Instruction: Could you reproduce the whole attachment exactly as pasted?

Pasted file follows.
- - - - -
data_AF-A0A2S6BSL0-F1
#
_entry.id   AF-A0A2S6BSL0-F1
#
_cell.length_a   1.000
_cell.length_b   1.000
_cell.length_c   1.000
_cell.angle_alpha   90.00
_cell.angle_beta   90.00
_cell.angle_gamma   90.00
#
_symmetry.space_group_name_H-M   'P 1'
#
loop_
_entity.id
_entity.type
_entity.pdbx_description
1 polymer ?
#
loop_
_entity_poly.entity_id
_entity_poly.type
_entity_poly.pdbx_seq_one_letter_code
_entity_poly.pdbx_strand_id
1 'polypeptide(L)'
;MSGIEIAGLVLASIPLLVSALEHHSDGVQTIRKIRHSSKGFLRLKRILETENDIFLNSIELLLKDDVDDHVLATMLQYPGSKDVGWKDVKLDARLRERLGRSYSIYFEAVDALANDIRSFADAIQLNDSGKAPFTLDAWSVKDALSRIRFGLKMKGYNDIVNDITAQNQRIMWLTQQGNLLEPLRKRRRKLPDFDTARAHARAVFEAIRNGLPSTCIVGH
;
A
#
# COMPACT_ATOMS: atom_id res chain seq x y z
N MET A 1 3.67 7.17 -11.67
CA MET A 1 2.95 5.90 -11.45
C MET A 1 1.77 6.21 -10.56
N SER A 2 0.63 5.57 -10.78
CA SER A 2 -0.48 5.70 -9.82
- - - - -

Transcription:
data_AF-A0A2S6BSL0-F1
#
_entry.id   AF-A0A2S6BSL0-F1
#
_cell.length_a   1.000
_cell.length_b   1.000
_cell.length_c   1.000
_cell.angle_alpha   90.00
_cell.angle_beta   90.00
_cell.angle_gamma   90.00
#
_symmetry.space_group_name_H-M   'P 1'
#
loop_
_entity.id
_entity.type
_entity.pdbx_description
1 polymer ?
#
loop_
_entity_poly.entity_id
_entity_poly.type
_entity_poly.pdbx_seq_one_letter_code
_entity_poly.pdbx_strand_id
1 'polypeptide(L)'
;MSGIEIAGLVLASIPLLVSALEHHSDGVQTIRKIRHSSKGFLRLKRILETENDIFLNSIELLLKDDVDDHVLATMLQYPGSKDVGWKDVKLDARLRERLGRSYSIYFEAVDALANDIRSFADAIQLNDSGKAPFTLDAWSVKDALSRIRFGLKMKGYNDIVNDITAQNQRIMWLTQQGNLLEPLRKRRRKLPDFDTARAHARAVFEAIRNGLPSTCIVGH
;
A
#
# COMPACT_ATOMS: atom_id res chain seq x y z
N MET A 1 3.67 7.17 -11.67
CA MET A 1 2.95 5.90 -11.45
C MET A 1 1.77 6.21 -10.56
N SER A 2 0.63 5.57 -10.78
CA SER A 2 -0.48 5.70 -9.82